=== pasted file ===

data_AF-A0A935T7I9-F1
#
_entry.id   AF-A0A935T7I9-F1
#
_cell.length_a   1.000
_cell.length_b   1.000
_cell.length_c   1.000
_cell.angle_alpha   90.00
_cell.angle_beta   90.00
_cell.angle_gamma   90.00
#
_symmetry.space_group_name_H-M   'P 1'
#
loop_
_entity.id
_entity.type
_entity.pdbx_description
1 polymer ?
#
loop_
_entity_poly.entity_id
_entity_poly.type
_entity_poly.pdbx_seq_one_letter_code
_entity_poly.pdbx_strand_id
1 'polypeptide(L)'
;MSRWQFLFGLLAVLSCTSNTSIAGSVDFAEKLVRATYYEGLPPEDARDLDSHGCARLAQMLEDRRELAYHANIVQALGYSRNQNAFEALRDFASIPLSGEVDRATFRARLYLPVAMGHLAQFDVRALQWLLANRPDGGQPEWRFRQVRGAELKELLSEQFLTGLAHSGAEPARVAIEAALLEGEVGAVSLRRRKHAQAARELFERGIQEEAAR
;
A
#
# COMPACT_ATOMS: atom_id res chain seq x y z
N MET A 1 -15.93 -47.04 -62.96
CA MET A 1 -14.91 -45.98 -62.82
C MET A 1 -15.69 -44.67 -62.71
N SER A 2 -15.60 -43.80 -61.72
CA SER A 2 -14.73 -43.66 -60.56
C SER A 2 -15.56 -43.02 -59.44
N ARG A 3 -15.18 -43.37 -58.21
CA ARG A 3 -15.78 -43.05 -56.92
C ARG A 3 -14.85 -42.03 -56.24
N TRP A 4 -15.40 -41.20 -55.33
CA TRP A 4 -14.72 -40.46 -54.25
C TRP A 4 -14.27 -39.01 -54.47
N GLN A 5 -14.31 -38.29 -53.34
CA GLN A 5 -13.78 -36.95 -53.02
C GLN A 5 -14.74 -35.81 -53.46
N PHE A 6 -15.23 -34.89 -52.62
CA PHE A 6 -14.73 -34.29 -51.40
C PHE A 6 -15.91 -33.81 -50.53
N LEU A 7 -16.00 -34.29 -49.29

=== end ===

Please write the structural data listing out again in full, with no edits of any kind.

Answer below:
data_AF-A0A935T7I9-F1
#
_entry.id   AF-A0A935T7I9-F1
#
_cell.length_a   1.000
_cell.length_b   1.000
_cell.length_c   1.000
_cell.angle_alpha   90.00
_cell.angle_beta   90.00
_cell.angle_gamma   90.00
#
_symmetry.space_group_name_H-M   'P 1'
#
loop_
_entity.id
_entity.type
_entity.pdbx_description
1 polymer ?
#
loop_
_entity_poly.entity_id
_entity_poly.type
_entity_poly.pdbx_seq_one_letter_code
_entity_poly.pdbx_strand_id
1 'polypeptide(L)'
;MSRWQFLFGLLAVLSCTSNTSIAGSVDFAEKLVRATYYEGLPPEDARDLDSHGCARLAQMLEDRRELAYHANIVQALGYSRNQNAFEALRDFASIPLSGEVDRATFRARLYLPVAMGHLAQFDVRALQWLLANRPDGGQPEWRFRQVRGAELKELLSEQFLTGLAHSGAEPARVAIEAALLEGEVGAVSLRRRKHAQAARELFERGIQEEAAR
;
A
#
# COMPACT_ATOMS: atom_id res chain seq x y z
N MET A 1 -15.93 -47.04 -62.96
CA MET A 1 -14.91 -45.98 -62.82
C MET A 1 -15.69 -44.67 -62.71
N SER A 2 -15.60 -43.80 -61.72
CA SER A 2 -14.73 -43.66 -60.56
C SER A 2 -15.56 -43.02 -59.44
N ARG A 3 -15.18 -43.37 -58.21
CA ARG A 3 -15.78 -43.05 -56.92
C ARG A 3 -14.85 -42.03 -56.24
N TRP A 4 -15.40 -41.20 -55.33
CA TRP A 4 -14.72 -40.46 -54.25
C TRP A 4 -14.27 -39.01 -54.47
N GLN A 5 -14.31 -38.29 -53.34
CA GLN A 5 -13.78 -36.95 -53.02
C GLN A 5 -14.74 -35.81 -53.46
N PHE A 6 -15.23 -34.89 -52.62
CA PHE A 6 -14.73 -34.29 -51.40
C PHE A 6 -15.91 -33.81 -50.53
N LEU A 7 -16.00 -34.29 -49.29